We are very pleased to announce that a new article on the CEEDs project appeared yesterday on the EU Horizon magazine which presents results from research conducted to develop a system that connects the unconscious mind to the vastly expanding world of big data, and help humans navigate it and make sense of it: http://horizon-magazine.eu/article/stopping-big-data-blowing-our-minds_en.html

Here's the full article:

Every minute, the world generates 1.7 million billion bytes of data – the equivalent of 360 000 DVDs – from sources such as sensors for climate information, satellite imagery, purchase transaction records, GPS signals and simulation tools.

For example, the Large Hadron Collider – which famously discovered the elusive Higgs particle – generates data from 600 million particle collisions per second. Meanwhile, the NASA Centre for Climate Simulation stores 37 petabytes of data – 37 quadrillion bytes, or 37 times as much as the data contained in US academic libraries.

As a result, the data sector is growing by 40 % every year, with important implications for storage and accessibility of the information. It also raises the question of how humans can make the most of all of this rich data without being overwhelmed.

The answer could come via two EU-funded projects – CEEDs and VELaSSCo – which have brought together teams of leading experts from key disciplines to answer this question.

Jonathan Freeman, Professor of Psychology at Goldsmiths, University of London, leads the four-year CEEDs project, which has created an ‘eXperience Induction Machine’ (XIM). The XIM helps humans navigate vast amounts of complex information, using virtual reality and wearable sensors that track brain waves, heart rate and other responses.

‘It turns out that only a small subset of sensory input reaches conscious awareness, yet the remainder is still processed by the brain,’ said Prof. Freeman. ‘This subconscious processing is very good at detecting novel patterns and meaningful signals. By unlocking the power of the subconscious, CEEDs will make fundamental contributions to human experience.’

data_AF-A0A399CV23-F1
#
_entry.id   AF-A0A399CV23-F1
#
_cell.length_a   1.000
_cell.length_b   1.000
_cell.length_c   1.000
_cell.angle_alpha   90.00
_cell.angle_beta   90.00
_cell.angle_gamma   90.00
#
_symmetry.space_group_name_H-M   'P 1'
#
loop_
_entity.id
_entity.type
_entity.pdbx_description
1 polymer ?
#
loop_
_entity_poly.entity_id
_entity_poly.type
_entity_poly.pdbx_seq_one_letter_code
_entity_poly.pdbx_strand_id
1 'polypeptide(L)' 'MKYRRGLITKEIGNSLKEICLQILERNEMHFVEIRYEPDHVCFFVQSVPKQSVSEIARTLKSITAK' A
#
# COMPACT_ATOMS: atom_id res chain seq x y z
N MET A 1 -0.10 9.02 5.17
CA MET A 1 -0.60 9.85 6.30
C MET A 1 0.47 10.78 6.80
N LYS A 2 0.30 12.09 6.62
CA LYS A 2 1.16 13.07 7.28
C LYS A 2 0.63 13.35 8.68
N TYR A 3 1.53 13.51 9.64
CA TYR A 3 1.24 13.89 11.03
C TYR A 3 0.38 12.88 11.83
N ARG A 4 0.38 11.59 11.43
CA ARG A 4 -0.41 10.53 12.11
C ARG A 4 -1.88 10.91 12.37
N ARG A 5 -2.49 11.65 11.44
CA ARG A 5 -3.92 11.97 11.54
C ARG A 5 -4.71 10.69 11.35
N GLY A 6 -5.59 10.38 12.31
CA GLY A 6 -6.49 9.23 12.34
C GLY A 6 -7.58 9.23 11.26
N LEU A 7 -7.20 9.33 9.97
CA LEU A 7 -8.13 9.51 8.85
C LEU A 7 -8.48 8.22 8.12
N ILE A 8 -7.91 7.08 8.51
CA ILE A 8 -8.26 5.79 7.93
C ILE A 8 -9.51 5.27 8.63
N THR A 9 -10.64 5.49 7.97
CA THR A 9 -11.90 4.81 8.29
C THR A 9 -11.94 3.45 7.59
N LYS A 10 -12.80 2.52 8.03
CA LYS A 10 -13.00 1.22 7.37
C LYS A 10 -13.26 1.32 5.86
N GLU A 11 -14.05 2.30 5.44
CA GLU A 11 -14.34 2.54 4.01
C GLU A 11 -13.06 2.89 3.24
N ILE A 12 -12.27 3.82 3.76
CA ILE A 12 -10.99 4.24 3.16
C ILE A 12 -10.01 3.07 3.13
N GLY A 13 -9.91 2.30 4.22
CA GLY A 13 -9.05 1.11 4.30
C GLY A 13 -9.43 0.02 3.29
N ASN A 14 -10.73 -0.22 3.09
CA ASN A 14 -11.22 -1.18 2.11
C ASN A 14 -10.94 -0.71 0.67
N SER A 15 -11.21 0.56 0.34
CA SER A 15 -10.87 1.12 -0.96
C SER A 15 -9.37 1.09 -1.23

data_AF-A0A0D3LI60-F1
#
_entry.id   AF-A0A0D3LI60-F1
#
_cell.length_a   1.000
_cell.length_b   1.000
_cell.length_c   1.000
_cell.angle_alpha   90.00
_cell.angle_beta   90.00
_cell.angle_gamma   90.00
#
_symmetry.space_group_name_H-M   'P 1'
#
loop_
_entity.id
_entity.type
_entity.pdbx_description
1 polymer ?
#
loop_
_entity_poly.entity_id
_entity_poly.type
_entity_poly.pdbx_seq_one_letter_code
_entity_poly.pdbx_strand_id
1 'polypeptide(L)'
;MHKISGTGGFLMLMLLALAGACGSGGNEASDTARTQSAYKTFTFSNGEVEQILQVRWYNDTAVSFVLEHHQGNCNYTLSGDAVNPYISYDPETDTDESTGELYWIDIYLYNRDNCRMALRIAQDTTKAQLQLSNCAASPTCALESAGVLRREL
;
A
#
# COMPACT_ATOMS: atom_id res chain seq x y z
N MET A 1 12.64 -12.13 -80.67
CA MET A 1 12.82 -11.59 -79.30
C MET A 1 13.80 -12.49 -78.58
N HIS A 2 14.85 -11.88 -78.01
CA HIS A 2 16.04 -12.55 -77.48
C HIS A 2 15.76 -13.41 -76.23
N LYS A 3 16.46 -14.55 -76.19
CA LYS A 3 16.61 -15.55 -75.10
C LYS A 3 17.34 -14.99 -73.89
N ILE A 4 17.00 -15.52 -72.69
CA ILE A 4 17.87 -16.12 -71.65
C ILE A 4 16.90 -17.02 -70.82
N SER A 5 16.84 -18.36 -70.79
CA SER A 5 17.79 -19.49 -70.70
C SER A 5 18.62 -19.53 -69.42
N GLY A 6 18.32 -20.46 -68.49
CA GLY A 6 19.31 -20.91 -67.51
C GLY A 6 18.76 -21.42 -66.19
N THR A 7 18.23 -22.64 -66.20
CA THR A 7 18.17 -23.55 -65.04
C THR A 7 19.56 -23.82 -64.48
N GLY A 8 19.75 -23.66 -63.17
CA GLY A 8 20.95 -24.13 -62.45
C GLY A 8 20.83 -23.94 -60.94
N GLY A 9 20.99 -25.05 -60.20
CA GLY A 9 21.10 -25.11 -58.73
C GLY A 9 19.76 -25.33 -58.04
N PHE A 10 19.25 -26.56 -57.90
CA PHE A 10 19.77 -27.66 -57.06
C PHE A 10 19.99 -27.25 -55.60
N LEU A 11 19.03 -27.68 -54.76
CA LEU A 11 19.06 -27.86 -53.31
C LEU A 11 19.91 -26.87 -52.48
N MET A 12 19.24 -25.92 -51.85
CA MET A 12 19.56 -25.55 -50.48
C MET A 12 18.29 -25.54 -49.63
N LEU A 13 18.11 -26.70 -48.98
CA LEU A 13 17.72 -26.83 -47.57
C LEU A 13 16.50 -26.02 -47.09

The XIM machine, which was developed in the lab of CEEDs’ scientific director Professor Paul Verschure in Barcelona, consists of an immersive room equipped with speakers, projectors, projection screens, pressure-sensitive floor tiles, infrared cameras and a microphone. Data visualisations are displayed on the screen and the person’s response is monitored through sensors embedded in a headset.

Overload detection

‘The system acknowledges when participants are getting fatigued or overloaded with information,’ said Prof. Freeman. ‘And it adapts accordingly. It either simplifies the visualisations so as to reduce the cognitive load, thus keeping the user less stressed and more able to focus. Or it will guide the person to areas of the data representation that are not as heavy in information.’

For example, CEEDs technology could be used to guide a school child around datasets of interest – say of planets and stars – using virtual reality visualisations on screens. Importantly, the child’s unconscious processes would be monitored using sensors, detecting when they are bored and excited, and tailoring the exploration accordingly.